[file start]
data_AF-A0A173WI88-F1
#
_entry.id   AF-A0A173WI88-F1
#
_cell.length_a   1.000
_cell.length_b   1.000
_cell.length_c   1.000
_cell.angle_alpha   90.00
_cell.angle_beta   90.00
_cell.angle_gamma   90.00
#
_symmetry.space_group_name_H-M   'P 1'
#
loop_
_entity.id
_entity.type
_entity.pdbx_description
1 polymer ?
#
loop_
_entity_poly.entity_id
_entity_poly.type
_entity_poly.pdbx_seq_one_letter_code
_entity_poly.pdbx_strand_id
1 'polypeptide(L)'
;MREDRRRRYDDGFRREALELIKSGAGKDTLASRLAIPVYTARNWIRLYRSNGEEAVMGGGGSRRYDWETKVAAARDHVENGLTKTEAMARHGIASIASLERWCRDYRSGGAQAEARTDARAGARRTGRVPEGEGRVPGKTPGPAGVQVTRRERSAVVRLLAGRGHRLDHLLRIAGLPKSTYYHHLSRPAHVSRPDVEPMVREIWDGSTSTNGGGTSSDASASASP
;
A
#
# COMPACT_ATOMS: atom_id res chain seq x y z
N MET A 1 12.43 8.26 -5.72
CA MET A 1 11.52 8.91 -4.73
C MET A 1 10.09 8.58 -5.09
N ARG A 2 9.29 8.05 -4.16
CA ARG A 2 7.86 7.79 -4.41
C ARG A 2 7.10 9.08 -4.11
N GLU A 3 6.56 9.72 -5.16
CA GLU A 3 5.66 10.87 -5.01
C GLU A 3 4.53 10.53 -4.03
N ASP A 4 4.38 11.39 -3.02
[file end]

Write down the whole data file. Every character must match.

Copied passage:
data_AF-A0A173WI88-F1
#
_entry.id   AF-A0A173WI88-F1
#
_cell.length_a   1.000
_cell.length_b   1.000
_cell.length_c   1.000
_cell.angle_alpha   90.00
_cell.angle_beta   90.00
_cell.angle_gamma   90.00
#
_symmetry.space_group_name_H-M   'P 1'
#
loop_
_entity.id
_entity.type
_entity.pdbx_description
1 polymer ?
#
loop_
_entity_poly.entity_id
_entity_poly.type
_entity_poly.pdbx_seq_one_letter_code
_entity_poly.pdbx_strand_id
1 'polypeptide(L)'
;MREDRRRRYDDGFRREALELIKSGAGKDTLASRLAIPVYTARNWIRLYRSNGEEAVMGGGGSRRYDWETKVAAARDHVENGLTKTEAMARHGIASIASLERWCRDYRSGGAQAEARTDARAGARRTGRVPEGEGRVPGKTPGPAGVQVTRRERSAVVRLLAGRGHRLDHLLRIAGLPKSTYYHHLSRPAHVSRPDVEPMVREIWDGSTSTNGGGTSSDASASASP
;
A
#
# COMPACT_ATOMS: atom_id res chain seq x y z
N MET A 1 12.43 8.26 -5.72
CA MET A 1 11.52 8.91 -4.73
C MET A 1 10.09 8.58 -5.09
N ARG A 2 9.29 8.05 -4.16
CA ARG A 2 7.86 7.79 -4.41
C ARG A 2 7.10 9.08 -4.11
N GLU A 3 6.56 9.72 -5.16
CA GLU A 3 5.66 10.87 -5.01
C GLU A 3 4.53 10.53 -4.03
N ASP A 4 4.38 11.39 -3.02